BBC facing ‘tsunami of cancellations’ as over-75s have free TV licence removed

BBC criticised for being 'fixated on youth' by campaigner

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Free TV licences for the over-75s were axed last year except for those who claim pension credit, the rest are expected to pay £159 to watch live TV and BBC iPlayer. The transition period for this change ended on July 31 with thousands of pensioners at risk of a £1,000 fine if they do not buy a licence. Defund the BBC Campaign Director, Rebecca Ryan, has warned the broadcaster’s focus on a younger audience will result in the older population switching off live TV.

Speaking to, Ms Ryan said: “Young people really do not sit and wait in the evening to be shown whatever programme a broadcaster wants to show them at that time.

“That’s very much a thing of the past.

“I think it’s quite baffling to us to think why the BBC hasn’t taken the plunge into being a subscription service sooner.

“They know that it’s coming. They know they’re not going to change the tide on this and yet rather than appealing to the over 40s who still watch live TV, they’re fixating so heavily on the youth audience who are just not interested.”

The BBC should broaden its horizons beyond its central London and Salford bases, Media Minister John Whittingdale said, but he denied the Government was waging a “culture war” against the corporation and Channel 4.

Mr Whittingdale said the BBC’s own bosses were working on addressing criticism that it had been “too metrocentric” in the past.

And he defended the potential privatisation of Channel 4, arguing that the long-term viability of the broadcaster was at stake.

Mr Whittingdale told the PA news agency that the BBC “has been very clear it wants a more diverse workforce”.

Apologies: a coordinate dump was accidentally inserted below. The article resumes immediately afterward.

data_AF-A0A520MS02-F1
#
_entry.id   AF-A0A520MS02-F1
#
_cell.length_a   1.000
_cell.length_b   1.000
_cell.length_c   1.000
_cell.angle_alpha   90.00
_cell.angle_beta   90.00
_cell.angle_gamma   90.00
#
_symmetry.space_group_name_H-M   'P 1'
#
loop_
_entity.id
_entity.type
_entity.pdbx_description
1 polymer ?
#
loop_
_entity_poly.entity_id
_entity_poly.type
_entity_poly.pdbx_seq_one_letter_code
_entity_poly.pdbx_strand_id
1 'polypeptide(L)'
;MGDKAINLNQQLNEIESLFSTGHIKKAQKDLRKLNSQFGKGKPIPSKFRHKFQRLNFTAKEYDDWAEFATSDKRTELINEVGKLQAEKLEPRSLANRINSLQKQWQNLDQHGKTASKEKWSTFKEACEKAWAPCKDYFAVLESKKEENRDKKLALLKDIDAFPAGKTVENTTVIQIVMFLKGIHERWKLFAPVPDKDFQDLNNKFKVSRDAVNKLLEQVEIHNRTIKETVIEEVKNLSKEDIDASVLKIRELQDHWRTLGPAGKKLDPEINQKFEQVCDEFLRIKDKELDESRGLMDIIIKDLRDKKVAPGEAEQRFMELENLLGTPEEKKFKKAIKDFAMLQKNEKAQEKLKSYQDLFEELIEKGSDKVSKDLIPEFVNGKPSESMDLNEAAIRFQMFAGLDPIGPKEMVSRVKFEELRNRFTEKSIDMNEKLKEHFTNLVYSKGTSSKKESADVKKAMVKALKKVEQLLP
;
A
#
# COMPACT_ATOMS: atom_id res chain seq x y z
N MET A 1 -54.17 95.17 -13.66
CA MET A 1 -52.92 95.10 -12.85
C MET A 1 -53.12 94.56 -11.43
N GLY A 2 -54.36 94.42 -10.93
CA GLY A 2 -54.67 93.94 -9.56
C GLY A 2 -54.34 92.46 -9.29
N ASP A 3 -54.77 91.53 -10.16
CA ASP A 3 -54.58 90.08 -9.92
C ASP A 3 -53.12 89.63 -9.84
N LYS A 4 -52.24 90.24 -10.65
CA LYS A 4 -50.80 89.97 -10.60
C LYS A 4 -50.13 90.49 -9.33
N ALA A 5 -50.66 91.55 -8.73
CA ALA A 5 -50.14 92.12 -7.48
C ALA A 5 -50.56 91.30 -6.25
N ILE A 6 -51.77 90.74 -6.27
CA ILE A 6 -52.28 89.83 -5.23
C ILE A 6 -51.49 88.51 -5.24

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“(Director-general) Tim Davie has set targets in terms of the quality of representation in the workforce, across gender, across racial racial background.

“And we’ve also been very clear that it needs to be reflecting the UK as a whole – the nations and regions of the UK, and not just people who happen to live close to central London or Salford.”

Cabinet minister Jacob Rees-Mogg has suggested the BBC is damaging its reputation for impartiality by consistently making senior appointments from people on the political left and not the right.

Asked about his colleague’s comments, Mr Whittingdale said recruitment was a matter for the BBC, but added that the Government had “made it clear that we think it’s very important that the BBC reflects all viewpoints, and that it should be diverse in terms of its employment practice and the content it produces”.


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“I think there has been criticism in the past that the BBC has been too metrocentric, that it has overlooked some important opinions.

“And that is something which I know the director-general is focusing on.”

Mr Whittingdale rejected concerns set out by MPs and peers that the privatisation of Channel 4 could damage independent production firms in the UK, with cash instead flowing to multinational corporations.

A consultation on privatising the channel is under way and the minister said: “We are now in a world of many, many different content providers, a lot of whom are investing in UK production.”

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